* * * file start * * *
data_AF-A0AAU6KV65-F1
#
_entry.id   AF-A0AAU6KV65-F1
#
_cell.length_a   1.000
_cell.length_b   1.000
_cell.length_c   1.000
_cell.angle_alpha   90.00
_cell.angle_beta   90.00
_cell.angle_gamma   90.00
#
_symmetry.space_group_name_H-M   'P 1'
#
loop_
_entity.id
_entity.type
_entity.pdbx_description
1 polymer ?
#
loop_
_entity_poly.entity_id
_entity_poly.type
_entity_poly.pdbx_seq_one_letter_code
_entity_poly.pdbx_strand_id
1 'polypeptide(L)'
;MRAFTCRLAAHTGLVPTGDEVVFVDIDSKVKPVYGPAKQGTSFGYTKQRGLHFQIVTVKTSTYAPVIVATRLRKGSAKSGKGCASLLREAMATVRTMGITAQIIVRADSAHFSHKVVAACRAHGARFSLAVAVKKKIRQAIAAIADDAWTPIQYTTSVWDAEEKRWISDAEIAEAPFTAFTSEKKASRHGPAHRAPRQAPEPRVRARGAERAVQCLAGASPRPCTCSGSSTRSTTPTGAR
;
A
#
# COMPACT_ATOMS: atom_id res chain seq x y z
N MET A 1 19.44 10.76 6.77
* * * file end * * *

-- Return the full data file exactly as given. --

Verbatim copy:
data_AF-A0AAU6KV65-F1
#
_entry.id   AF-A0AAU6KV65-F1
#
_cell.length_a   1.000
_cell.length_b   1.000
_cell.length_c   1.000
_cell.angle_alpha   90.00
_cell.angle_beta   90.00
_cell.angle_gamma   90.00
#
_symmetry.space_group_name_H-M   'P 1'
#
loop_
_entity.id
_entity.type
_entity.pdbx_description
1 polymer ?
#
loop_
_entity_poly.entity_id
_entity_poly.type
_entity_poly.pdbx_seq_one_letter_code
_entity_poly.pdbx_strand_id
1 'polypeptide(L)'
;MRAFTCRLAAHTGLVPTGDEVVFVDIDSKVKPVYGPAKQGTSFGYTKQRGLHFQIVTVKTSTYAPVIVATRLRKGSAKSGKGCASLLREAMATVRTMGITAQIIVRADSAHFSHKVVAACRAHGARFSLAVAVKKKIRQAIAAIADDAWTPIQYTTSVWDAEEKRWISDAEIAEAPFTAFTSEKKASRHGPAHRAPRQAPEPRVRARGAERAVQCLAGASPRPCTCSGSSTRSTTPTGAR
;
A
#
# COMPACT_ATOMS: atom_id res chain seq x y z
N MET A 1 19.44 10.76 6.77